• A word processing program may default to justified paragraphs and insert mode, but allow you to pick ragged right or typeover mode.
• "CSU" defaults to Cleveland State University in northern Ohio and to Colorado State University in parts of the west.
• There is a sense in which the word "ski" defaults to snow skiing in Minnesota and to water skiing in Georgia.
• I have spent a lot of time in both Minne­sota and Georgia and the remarks about skiing are based on my own observation. But these usages are not absolute. Some affluent Geor­gians may refer to snow skiing as "skiing", for example, and this usage can result in a put-down if the hearer thinks they are talking about water skiing. One wonders where the boundary line is. Perhaps people in Kentucky are confused on the issue.

### Default usage in mathematical discourse

Math language has defaults, too.

#### Symbols

• In high school, "$\pi$" refers by default to the ratio of the circumference of a circle to its diameter.  Students are often quite surprised when they get to abstract math courses and discover the many other meanings of $\pi$ (see here).
• Recently authors in the popular literature seem to think that $\phi$ (phi) defaults to the golden ratio.  In fact, a search through the research literature shows very few hits for $\phi$ meaning the golden ratio: in other words, it usually means something else.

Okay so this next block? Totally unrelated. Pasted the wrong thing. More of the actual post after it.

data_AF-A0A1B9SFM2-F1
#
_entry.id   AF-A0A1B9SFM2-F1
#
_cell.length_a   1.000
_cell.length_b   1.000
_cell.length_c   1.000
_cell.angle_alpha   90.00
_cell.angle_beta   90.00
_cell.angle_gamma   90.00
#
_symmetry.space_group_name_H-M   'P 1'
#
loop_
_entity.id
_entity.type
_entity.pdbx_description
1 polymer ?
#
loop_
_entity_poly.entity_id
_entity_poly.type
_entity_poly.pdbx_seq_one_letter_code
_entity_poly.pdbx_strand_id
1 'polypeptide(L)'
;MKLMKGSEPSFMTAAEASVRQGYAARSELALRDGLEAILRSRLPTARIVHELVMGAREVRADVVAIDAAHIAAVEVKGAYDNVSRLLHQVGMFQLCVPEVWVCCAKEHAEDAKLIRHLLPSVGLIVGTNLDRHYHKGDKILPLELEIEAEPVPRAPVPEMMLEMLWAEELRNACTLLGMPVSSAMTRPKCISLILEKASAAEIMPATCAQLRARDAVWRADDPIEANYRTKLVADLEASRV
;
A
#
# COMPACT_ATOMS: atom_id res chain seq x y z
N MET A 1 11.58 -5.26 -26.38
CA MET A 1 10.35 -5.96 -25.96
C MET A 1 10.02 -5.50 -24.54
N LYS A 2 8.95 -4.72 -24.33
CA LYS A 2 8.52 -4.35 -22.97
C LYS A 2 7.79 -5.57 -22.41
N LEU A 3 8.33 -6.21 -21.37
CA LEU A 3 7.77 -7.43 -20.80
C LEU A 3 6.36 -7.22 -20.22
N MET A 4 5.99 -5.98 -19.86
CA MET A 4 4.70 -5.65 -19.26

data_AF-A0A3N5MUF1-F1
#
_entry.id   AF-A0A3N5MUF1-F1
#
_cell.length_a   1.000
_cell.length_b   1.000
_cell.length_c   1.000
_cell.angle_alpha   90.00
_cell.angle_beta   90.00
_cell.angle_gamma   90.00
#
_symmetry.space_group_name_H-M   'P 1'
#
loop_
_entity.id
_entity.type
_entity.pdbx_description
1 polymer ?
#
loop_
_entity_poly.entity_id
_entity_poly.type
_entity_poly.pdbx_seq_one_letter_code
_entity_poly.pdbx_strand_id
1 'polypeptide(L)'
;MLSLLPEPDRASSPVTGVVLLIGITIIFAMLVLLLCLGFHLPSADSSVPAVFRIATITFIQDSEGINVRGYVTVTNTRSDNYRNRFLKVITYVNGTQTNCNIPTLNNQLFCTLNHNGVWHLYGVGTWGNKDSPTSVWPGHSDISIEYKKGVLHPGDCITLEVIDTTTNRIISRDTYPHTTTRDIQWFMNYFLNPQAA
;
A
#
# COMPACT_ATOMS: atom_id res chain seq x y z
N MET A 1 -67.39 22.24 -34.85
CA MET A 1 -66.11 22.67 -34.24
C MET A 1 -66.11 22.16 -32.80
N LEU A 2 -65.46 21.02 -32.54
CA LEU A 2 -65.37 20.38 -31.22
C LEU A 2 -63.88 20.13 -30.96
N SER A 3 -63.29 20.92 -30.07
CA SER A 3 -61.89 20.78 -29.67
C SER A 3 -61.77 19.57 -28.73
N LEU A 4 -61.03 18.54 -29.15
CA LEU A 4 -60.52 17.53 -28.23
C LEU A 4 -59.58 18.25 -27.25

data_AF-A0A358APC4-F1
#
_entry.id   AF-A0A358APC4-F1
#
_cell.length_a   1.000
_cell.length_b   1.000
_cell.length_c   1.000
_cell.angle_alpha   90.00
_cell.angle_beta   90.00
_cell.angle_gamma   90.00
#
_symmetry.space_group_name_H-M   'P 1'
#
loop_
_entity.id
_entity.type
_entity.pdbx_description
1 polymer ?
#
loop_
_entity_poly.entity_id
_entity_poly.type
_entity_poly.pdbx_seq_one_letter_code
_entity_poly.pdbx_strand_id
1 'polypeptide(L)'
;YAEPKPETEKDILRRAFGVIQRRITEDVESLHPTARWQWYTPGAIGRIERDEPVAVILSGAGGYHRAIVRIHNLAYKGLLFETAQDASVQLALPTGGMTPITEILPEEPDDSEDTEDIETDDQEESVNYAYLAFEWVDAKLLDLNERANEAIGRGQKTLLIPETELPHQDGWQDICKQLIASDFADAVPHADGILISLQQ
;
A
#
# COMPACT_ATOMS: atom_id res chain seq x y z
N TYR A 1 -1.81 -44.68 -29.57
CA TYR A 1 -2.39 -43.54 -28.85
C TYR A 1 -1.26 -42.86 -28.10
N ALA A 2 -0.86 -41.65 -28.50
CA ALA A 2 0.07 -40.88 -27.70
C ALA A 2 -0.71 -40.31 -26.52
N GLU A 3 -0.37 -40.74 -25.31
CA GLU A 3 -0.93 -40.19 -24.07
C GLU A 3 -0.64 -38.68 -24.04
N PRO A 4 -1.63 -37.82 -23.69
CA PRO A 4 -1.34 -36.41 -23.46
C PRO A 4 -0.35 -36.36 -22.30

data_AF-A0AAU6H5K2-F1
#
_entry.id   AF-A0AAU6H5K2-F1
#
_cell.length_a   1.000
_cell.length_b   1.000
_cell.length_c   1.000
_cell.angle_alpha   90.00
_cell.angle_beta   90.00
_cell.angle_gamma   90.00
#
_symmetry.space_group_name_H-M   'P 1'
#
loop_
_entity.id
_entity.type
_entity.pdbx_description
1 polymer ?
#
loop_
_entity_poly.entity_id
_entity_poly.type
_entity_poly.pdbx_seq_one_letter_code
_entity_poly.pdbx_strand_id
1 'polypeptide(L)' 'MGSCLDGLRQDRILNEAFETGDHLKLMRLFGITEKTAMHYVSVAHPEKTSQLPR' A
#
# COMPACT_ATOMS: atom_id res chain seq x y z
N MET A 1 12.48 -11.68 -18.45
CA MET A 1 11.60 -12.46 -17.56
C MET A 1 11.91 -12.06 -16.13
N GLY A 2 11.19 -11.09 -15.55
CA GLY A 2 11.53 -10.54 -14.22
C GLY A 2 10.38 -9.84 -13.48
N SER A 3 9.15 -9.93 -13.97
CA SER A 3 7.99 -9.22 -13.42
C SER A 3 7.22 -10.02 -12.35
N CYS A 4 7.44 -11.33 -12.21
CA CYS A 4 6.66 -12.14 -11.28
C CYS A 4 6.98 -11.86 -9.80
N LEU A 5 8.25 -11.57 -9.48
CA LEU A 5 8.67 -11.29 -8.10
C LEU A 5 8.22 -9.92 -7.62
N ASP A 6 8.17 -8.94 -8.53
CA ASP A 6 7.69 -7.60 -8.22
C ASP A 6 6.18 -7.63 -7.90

• The set $\mathbb{R}$ of real numbers has many different group structures defined on it but "The group $\mathbb{R}$” essentially always means that the group operation is ordinary addition.  In other words, "$\mathbb{R}$” as a group defaults to +.  Analogous remarks apply to "the field $\mathbb{R}$”.
• In informal conversation among many analysts, functions are continuous by default.
• It used to be the case that in informal conversations among topologists, "group" defaulted to Abelian group. I don't know whether that is still true or not.

#### Remark

This meaning of "default" has made it into dictionaries only since around 1960 (see the Wikipedia entry). This usage does not carry a derogatory connotation.   In abstractmath.org I am using the word to mean a special type of convention that imposes a choice of parameter, so that it is a special case of both " convention ” and "suppression of parameters”.

## Scope

Both mathematical English and the symbolic language have a feature that is uncommon in ordinary spoken or written English:

The meaning of a phrase or a symbolic expression
can be different in different parts of the same text.

The portion of the text in which a particular meaning is in effect is called the scope of the meaning.  This is accomplished in several ways.

### Explicit statement

#### Examples

• "In this paper, all groups are abelian”. This means that every instance of the word "group” or any symbol denoting a group the group is constrained to be abelian.   The scope in this case is the whole paper. See assumption.
• "Suppose (or "let" or "assume") $n$ is divisible by $4$". Before this statement, you could not assume $n$ is divisible by $4$. Now you can, until the end of the current paragraph or section.

### Definition

The definition of a word, phrase or symbol sets its meaning.  If the word definition is used and the scope is not given explicitly, it is probably the whole discourse.

#### Example